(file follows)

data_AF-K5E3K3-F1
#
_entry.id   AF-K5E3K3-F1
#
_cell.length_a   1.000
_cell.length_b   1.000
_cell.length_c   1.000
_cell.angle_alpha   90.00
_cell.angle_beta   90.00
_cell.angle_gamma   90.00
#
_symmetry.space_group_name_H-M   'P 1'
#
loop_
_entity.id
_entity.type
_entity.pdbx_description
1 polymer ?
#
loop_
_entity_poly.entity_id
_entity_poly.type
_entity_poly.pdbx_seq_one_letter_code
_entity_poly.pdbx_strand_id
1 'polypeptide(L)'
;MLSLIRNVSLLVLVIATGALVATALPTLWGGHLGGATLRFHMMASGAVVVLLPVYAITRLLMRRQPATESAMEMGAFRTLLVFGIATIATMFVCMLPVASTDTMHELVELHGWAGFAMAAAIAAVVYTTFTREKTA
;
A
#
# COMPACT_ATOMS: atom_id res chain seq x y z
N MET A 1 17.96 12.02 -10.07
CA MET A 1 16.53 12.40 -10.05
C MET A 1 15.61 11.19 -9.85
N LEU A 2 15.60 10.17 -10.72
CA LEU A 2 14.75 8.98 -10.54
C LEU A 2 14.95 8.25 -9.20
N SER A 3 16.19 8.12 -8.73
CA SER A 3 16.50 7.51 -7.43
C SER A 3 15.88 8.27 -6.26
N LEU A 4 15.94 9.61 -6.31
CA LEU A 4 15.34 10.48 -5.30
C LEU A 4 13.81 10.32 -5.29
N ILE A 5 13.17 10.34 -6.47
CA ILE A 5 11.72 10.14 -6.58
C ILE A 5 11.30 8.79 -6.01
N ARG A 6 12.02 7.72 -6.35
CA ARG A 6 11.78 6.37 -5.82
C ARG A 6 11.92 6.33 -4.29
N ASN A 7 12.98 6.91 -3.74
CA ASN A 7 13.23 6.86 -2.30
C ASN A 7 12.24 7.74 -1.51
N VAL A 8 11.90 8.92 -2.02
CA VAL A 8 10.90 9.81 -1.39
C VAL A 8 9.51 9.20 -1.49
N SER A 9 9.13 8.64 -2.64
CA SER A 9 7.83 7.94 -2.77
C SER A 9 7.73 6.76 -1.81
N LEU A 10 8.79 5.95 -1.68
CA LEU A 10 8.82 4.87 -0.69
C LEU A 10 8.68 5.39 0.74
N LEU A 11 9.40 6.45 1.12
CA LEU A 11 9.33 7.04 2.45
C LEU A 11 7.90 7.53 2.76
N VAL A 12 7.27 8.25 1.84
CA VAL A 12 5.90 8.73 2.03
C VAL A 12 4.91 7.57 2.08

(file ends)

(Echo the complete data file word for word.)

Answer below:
data_AF-K5E3K3-F1
#
_entry.id   AF-K5E3K3-F1
#
_cell.length_a   1.000
_cell.length_b   1.000
_cell.length_c   1.000
_cell.angle_alpha   90.00
_cell.angle_beta   90.00
_cell.angle_gamma   90.00
#
_symmetry.space_group_name_H-M   'P 1'
#
loop_
_entity.id
_entity.type
_entity.pdbx_description
1 polymer ?
#
loop_
_entity_poly.entity_id
_entity_poly.type
_entity_poly.pdbx_seq_one_letter_code
_entity_poly.pdbx_strand_id
1 'polypeptide(L)'
;MLSLIRNVSLLVLVIATGALVATALPTLWGGHLGGATLRFHMMASGAVVVLLPVYAITRLLMRRQPATESAMEMGAFRTLLVFGIATIATMFVCMLPVASTDTMHELVELHGWAGFAMAAAIAAVVYTTFTREKTA
;
A
#
# COMPACT_ATOMS: atom_id res chain seq x y z
N MET A 1 17.96 12.02 -10.07
CA MET A 1 16.53 12.40 -10.05
C MET A 1 15.61 11.19 -9.85
N LEU A 2 15.60 10.17 -10.72
CA LEU A 2 14.75 8.98 -10.54
C LEU A 2 14.95 8.25 -9.20
N SER A 3 16.19 8.12 -8.73
CA SER A 3 16.50 7.51 -7.43
C SER A 3 15.88 8.27 -6.26
N LEU A 4 15.94 9.61 -6.31
CA LEU A 4 15.34 10.48 -5.30
C LEU A 4 13.81 10.32 -5.29
N ILE A 5 13.17 10.34 -6.47
CA ILE A 5 11.72 10.14 -6.58
C ILE A 5 11.30 8.79 -6.01
N ARG A 6 12.02 7.72 -6.35
CA ARG A 6 11.78 6.37 -5.82
C ARG A 6 11.92 6.33 -4.29
N ASN A 7 12.98 6.91 -3.74
CA ASN A 7 13.23 6.86 -2.30
C ASN A 7 12.24 7.74 -1.51
N VAL A 8 11.90 8.92 -2.02
CA VAL A 8 10.90 9.81 -1.39
C VAL A 8 9.51 9.20 -1.49
N SER A 9 9.13 8.64 -2.64
CA SER A 9 7.83 7.94 -2.77
C SER A 9 7.73 6.76 -1.81
N LEU A 10 8.79 5.95 -1.68
CA LEU A 10 8.82 4.87 -0.69
C LEU A 10 8.68 5.39 0.74
N LEU A 11 9.40 6.45 1.12
CA LEU A 11 9.33 7.04 2.45
C LEU A 11 7.90 7.53 2.76
N VAL A 12 7.27 8.25 1.84
CA VAL A 12 5.90 8.73 2.03
C VAL A 12 4.91 7.57 2.08